Australia Considers Social Media ID Requirement

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Australia is mulling the introduction of a compulsory points-based ID verification system for users of social media and online dating sites. 

Under the new proposal, individuals would be required to prove who they are by submitting 100 points of ID before they are allowed to use a service. Permissible forms of identification could include a driver’s license, Medicare card, birth certificate, or passport.

The solution was devised on the premise that removing users' anonymity would decrease instances of online abuse, trolling, and cyberbullying. 

Currently, Australians are not required to provide ID to use most online platforms; however, some ask users to verify their identity by supplying a phone number and/or an email address.

The ID rule was one of 88 recommendations made in a recent federal parliamentary committee report proposing a range of strategies to decrease family, domestic, and sexual violence.

"In order to open or maintain an existing social media account, customers should be required by law to identify themselves to a platform using 100 points of identification, in the same way as a person must provide identification for a mobile phone account, or to buy a mobile SIM card," states the report.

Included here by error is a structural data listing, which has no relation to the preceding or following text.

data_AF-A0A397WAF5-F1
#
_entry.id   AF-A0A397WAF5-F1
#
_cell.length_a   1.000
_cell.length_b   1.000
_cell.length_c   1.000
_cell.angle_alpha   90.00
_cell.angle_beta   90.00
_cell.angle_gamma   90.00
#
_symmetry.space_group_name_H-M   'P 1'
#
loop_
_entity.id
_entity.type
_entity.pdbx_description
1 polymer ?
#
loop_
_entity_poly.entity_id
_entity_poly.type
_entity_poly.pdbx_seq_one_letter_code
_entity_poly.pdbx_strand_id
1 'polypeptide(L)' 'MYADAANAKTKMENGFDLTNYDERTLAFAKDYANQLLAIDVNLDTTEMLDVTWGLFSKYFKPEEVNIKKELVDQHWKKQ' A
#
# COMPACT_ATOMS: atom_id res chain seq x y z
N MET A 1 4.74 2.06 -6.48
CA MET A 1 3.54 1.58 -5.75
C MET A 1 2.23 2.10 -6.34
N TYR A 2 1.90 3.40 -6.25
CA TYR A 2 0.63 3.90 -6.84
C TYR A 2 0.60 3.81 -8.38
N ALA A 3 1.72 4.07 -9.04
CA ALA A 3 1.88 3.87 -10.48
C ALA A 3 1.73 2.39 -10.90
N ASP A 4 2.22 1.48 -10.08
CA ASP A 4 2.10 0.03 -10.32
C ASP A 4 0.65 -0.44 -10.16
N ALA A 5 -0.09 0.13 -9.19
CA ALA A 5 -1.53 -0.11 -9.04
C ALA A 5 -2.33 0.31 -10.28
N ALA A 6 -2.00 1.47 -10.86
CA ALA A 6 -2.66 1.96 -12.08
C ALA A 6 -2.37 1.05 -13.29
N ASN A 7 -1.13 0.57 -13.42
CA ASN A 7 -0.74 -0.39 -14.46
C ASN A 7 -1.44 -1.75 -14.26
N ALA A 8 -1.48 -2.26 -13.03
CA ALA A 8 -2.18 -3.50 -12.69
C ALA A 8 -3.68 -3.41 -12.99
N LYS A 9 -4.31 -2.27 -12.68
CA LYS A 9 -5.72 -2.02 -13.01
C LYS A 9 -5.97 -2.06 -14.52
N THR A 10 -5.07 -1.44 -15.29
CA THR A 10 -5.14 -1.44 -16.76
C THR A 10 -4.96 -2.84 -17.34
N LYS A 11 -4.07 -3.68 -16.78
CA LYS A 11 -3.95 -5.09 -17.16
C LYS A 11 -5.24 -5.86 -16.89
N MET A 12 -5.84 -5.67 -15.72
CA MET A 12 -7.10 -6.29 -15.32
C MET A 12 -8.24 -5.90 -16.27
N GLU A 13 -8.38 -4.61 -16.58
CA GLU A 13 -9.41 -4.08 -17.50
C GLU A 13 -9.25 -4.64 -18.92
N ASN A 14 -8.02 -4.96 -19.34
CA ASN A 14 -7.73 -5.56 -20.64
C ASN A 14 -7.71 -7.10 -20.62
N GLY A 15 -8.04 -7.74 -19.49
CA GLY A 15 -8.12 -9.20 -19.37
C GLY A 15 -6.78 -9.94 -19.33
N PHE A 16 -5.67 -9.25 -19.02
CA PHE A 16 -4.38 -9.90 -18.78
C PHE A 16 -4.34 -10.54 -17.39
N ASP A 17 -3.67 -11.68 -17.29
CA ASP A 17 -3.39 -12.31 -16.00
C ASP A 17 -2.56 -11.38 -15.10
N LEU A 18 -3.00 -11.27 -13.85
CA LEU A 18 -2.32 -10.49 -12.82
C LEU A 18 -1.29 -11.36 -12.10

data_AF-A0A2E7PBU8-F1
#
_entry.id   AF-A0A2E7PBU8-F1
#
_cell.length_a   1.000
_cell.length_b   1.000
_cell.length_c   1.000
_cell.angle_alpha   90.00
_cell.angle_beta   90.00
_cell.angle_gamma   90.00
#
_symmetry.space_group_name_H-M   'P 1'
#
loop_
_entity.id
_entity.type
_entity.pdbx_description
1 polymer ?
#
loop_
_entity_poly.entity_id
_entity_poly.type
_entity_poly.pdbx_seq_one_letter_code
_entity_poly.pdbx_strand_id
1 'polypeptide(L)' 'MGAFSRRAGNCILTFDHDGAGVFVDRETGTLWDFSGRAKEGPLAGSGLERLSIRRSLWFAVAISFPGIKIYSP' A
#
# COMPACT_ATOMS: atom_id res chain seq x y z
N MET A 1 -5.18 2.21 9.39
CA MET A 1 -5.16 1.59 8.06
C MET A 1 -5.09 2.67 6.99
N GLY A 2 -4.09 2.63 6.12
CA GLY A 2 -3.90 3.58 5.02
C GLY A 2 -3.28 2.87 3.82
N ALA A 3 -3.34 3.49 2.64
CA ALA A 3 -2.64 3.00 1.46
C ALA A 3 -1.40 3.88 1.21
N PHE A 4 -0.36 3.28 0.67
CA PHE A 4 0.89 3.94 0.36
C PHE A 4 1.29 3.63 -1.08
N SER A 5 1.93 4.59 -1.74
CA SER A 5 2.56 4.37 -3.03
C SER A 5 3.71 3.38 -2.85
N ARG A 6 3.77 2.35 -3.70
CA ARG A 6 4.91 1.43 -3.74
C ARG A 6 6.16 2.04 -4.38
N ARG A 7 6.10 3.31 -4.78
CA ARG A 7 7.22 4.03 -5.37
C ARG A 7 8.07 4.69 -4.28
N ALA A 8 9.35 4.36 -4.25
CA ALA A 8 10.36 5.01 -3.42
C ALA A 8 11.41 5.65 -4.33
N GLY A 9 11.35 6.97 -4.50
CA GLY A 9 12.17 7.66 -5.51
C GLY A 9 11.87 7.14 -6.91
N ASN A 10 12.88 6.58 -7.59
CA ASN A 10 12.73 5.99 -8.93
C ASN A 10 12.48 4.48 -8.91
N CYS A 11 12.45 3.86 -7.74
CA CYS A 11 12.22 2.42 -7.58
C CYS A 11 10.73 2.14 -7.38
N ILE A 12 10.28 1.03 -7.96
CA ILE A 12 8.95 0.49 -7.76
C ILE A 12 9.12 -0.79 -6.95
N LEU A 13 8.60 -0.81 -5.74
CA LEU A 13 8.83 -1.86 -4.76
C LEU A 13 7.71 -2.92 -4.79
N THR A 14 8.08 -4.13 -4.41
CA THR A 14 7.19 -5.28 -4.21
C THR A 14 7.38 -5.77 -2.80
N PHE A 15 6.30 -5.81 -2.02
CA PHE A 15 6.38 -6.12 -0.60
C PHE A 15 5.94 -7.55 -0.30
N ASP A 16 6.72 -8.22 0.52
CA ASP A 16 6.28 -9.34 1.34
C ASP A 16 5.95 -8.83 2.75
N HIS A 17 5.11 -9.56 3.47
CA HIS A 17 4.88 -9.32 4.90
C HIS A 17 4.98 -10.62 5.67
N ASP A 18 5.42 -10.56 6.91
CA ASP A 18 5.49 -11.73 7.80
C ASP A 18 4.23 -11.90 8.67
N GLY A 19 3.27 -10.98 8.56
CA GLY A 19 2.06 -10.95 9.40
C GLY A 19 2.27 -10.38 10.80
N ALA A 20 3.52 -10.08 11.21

"Social media platforms must provide those identifying details when requested by the eSafety Commissioner, law enforcement or as directed by a court."

A “substantial increase” in criminal penalties and fines for technology-facilitated abuse was also called for in the report, as a way to deter netizens from "errant behavior.’’ 

Swinburne University senior lecturer in digital media Dr. Belinda Barnet was skeptical about the effectiveness and wisdom of placing large quantities of sensitive personal data in the care of social media companies and online dating websites.

“It’s a long bow to draw that if we give our passport to Facebook then suddenly people will not be abusive. There’s no research to support that assumption,” Barnet told the Sydney Morning Herald.

She added: “We’d be giving over these identity documents to proprietary platforms that do not have our best interests at heart.”

A spokesperson for Facebook said the company was currently reviewing the suggestions included in the report and would “continue to work with the government as they consider the recommendations.”

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